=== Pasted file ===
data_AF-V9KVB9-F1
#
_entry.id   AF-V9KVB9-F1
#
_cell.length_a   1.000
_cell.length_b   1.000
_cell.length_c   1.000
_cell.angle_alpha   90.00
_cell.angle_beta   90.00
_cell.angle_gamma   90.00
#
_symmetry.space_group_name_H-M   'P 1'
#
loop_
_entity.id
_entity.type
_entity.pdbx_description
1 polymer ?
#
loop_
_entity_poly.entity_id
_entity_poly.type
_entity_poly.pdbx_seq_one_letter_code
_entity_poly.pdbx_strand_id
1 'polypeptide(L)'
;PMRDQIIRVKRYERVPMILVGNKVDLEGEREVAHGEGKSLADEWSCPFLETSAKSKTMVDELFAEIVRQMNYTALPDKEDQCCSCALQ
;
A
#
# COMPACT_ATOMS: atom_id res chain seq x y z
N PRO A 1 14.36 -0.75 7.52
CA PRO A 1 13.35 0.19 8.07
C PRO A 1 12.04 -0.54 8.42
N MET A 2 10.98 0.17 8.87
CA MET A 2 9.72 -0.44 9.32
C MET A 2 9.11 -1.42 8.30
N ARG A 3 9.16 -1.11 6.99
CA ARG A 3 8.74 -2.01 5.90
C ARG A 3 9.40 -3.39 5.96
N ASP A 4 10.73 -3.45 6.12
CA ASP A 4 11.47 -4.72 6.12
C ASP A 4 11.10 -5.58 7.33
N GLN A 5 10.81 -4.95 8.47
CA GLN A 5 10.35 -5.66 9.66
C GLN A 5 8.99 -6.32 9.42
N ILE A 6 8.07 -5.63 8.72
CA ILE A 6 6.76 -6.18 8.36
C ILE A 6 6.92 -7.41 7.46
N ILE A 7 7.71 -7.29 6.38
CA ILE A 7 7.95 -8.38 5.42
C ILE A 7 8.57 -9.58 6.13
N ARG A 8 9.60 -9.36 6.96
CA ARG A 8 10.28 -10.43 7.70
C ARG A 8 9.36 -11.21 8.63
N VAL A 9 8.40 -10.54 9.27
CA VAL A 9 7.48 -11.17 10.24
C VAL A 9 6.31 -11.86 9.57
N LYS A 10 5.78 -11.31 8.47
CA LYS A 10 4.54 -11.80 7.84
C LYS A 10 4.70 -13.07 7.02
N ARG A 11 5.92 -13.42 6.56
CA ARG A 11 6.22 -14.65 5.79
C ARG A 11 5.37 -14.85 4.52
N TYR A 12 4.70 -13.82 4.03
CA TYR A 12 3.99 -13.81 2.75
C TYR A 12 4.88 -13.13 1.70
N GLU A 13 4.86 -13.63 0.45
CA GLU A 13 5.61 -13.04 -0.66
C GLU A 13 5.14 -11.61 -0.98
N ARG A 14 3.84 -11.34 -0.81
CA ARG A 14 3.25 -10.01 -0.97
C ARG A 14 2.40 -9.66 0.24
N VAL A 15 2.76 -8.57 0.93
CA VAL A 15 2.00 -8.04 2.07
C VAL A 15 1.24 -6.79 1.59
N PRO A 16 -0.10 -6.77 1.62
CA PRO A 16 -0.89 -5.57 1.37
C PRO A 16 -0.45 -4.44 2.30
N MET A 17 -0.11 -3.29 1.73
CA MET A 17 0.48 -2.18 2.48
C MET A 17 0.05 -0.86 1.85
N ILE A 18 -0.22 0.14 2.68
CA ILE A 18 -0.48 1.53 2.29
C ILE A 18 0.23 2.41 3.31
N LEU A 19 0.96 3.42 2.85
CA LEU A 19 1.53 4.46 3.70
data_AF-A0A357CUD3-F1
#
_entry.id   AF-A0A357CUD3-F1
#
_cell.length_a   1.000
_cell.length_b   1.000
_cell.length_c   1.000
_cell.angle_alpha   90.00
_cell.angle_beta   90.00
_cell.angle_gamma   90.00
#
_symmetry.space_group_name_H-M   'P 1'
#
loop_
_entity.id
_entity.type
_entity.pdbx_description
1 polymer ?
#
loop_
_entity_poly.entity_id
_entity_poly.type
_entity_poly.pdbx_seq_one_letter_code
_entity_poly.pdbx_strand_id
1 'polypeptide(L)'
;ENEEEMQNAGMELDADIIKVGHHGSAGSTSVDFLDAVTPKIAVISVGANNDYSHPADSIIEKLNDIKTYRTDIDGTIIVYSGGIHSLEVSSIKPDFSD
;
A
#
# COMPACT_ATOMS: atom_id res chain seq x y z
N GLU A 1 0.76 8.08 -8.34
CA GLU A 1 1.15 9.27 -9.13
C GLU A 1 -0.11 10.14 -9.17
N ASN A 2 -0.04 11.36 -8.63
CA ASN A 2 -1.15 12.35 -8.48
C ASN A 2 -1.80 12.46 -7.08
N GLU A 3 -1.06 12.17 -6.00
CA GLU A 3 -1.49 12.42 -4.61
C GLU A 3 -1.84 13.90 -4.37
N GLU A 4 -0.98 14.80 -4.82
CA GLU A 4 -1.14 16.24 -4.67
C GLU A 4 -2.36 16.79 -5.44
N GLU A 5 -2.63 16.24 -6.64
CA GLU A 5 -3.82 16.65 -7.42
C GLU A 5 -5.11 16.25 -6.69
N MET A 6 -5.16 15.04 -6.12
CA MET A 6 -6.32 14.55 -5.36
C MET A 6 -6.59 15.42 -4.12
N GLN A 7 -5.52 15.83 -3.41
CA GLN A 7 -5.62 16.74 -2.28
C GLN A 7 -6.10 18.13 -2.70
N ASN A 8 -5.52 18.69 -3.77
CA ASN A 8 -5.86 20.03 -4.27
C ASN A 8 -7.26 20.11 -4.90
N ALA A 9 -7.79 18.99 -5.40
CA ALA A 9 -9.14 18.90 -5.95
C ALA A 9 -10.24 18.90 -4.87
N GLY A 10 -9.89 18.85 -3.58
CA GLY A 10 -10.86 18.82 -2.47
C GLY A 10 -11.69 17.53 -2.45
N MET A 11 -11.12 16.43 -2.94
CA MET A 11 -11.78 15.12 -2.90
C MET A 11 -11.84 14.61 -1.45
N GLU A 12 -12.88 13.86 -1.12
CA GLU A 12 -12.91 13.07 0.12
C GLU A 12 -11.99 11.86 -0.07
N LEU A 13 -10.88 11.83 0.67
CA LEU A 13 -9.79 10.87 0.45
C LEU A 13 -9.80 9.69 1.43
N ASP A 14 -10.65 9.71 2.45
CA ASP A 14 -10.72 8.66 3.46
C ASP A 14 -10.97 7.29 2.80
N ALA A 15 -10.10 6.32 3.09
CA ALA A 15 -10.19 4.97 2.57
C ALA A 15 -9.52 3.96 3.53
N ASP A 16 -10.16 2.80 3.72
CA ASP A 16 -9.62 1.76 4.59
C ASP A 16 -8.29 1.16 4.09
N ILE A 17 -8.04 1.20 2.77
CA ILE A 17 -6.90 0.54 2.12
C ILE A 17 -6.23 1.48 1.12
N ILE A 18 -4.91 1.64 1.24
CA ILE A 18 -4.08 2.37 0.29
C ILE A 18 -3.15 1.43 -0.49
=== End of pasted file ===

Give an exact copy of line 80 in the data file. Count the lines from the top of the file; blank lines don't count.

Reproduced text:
CA MET A 17 0.48 -2.18 2.48